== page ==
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Why You Should Watch Out for Dividend Trap Stocks

As an income generating investor, you know the importance of stocks that can consistently pay out dividends from their cash flows from operations and still have lots left over to finance their operations, pay their workers' salaries, pay for general & admin expenses and more. In fact, if you own stocks that generate billions of dollars in cash flows every year, you would be better off in your return on investment (ROI) than those companies that pay no dividends, hence only allowing investors to make capital gains if the stocks appreciate in value. So how do you find good companies that pay reasonable dividends, based on the dividend yield? Well for a start, use the sidebar on the left to surf through companies by Sector, by Industry or by Market Capitalization to find companies that interest you.

If you are wondering what the dividend yield is, it is a measure of how much income you should expect to derive from your stock relative to the current price of the stock. Another way to look at it is dividend yield is a way of calculating your return on your investment (ROI). The formula for calculating the dividend yield is:

The Dividend Trap

If you inspect the dividend yield formula above, you will see the denominator is the Current Stock Price which fluctuates day to day based on economic news & market data, company's earning reports, operations & news coming from the company as well as other rational market factors. Thus, if a company's stock price is dropping like a bomb, the dividend yield will skyrocket because the denominator is a lower value, thus the numerator will be higher. For instance, if Coke is trading at $50/share as of July 2010 and the company's annual dividend is $1/share, here's how the dividend yield would look like:

Now imagine if Coke reported a very bad 3rd quarter of 2010 where it missed analyst estimates of net income by 5%. And assume investors are not very happy about this and selloff Coke's stock leading it to close at $42.50. Now what does the dividend yield look like?

Notice that because of the drop in stock price, Coke's dividend has gone up from 2% yield to 2.4% yield; such is an example of a dividend trap. In a recession where stock prices plummet, you may be tempted to buy companies with accidentally high yielding dividends; well you have to watch out for a dividend cut because if the company is not making money during the recession, it might not be able to keep paying its dividends. When buying a high dividend yielding stock, you should ask yourself these questions:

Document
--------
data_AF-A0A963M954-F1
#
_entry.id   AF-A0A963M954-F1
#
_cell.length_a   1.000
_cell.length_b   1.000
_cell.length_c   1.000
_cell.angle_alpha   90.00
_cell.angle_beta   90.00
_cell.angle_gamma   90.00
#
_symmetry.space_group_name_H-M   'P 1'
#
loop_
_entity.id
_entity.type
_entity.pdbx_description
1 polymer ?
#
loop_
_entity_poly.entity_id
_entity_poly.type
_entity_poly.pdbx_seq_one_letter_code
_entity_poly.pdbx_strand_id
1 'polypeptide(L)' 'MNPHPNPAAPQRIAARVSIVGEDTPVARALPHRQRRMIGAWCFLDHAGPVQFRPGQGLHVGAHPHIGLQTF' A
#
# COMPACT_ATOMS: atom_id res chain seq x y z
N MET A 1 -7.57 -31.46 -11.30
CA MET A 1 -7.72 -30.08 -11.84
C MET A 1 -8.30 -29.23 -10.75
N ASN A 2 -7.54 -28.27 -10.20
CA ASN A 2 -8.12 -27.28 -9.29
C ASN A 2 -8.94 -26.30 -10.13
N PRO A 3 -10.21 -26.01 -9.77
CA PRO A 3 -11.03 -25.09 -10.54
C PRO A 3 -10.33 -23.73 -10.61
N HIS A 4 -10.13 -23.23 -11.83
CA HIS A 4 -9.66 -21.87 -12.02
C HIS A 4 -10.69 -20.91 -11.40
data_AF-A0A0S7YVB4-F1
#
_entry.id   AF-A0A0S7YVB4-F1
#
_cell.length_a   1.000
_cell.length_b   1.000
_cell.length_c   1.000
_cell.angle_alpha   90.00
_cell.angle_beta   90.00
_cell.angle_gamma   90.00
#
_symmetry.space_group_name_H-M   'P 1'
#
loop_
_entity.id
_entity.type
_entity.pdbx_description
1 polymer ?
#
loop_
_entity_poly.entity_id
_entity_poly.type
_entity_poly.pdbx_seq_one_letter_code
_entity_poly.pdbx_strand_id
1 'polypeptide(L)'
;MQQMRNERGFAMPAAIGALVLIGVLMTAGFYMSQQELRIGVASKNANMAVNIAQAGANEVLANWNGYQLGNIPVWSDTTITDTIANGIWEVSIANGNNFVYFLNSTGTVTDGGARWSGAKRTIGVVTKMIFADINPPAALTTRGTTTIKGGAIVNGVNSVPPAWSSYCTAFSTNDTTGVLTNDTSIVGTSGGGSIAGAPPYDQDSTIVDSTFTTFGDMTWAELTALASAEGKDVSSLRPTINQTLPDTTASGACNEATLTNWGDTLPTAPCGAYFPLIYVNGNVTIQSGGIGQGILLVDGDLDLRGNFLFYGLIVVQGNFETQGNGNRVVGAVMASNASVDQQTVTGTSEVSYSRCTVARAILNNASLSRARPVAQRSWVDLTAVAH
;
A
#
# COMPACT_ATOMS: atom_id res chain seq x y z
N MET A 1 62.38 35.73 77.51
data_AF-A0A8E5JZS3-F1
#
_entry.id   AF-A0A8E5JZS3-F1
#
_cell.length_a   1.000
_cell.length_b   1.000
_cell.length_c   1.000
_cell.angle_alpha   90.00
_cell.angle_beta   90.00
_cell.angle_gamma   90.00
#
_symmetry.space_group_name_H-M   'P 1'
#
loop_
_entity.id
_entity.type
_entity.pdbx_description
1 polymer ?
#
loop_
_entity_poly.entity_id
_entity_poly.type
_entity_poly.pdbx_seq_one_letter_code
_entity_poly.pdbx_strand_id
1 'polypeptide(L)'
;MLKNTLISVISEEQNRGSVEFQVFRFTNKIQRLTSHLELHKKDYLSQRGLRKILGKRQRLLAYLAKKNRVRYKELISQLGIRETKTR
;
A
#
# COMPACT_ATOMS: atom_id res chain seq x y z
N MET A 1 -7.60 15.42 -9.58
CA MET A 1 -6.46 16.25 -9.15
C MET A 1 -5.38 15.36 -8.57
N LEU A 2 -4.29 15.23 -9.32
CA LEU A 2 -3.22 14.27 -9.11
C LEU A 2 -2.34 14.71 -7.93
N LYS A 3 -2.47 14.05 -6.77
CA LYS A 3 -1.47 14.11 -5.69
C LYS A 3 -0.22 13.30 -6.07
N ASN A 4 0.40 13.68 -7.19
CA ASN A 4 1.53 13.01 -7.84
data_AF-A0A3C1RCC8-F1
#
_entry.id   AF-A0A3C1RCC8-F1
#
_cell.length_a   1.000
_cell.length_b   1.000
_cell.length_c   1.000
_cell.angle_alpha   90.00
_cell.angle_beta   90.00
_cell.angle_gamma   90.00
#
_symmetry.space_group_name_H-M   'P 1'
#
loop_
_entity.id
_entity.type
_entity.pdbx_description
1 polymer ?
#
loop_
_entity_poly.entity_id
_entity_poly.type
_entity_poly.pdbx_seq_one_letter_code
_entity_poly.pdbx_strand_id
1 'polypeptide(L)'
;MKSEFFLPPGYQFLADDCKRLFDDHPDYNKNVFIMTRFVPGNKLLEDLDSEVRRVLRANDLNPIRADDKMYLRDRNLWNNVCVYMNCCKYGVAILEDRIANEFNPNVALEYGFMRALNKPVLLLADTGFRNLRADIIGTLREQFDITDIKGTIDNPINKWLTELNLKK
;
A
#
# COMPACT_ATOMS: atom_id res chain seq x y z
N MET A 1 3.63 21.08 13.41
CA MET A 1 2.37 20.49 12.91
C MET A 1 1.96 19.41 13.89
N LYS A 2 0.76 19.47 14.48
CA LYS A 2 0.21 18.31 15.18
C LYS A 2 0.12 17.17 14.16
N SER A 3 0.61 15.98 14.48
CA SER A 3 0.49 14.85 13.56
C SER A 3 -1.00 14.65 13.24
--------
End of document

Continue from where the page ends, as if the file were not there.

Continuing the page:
i) What do the stock's & company's business fundamentals look like?

ii) Is the company's earnings growing or falling, as dividends are paid directly from cash which comes from earnings. Is the current earnings sustainable to keep paying dividends or will it be cut?

iii) Does the company have a consistent history of paying dividends & earnings growth? If no, do your due diligence!

iv) If the company has recently acquired another company, how did it finance its acquisition? Did it make a huge cash payment from its cash reserves or borrow money from banks or by issuing bonds payable?

v) If the company did make the acquisition from its cash reserves, will it have enough cash left to be able to pay the dividends or will it be forced to cut?

Watch this useful video of how General Electric (GE) cut its dividend from $0.31/share to $0.10 in order to save $9 billion annually. The analyst in the video says GE might have done this so it can have an extra $9 billion to inject in to GE Capital which is a diversified financing solution provider serving consumers, retailers and businesses around the globe. Due to the economic downturn of banking & financial stocks in 2008 and 2009, GE Capital has been under immense pressue due to mortgage writedowns & loan losses. Perhaps this is the reason why General Electric is cutting its dividend; to help out its subsidiary GE Capital.


General Electric is featured in our high dividend paying stocks by Conglomerates sector category & Utilities industry.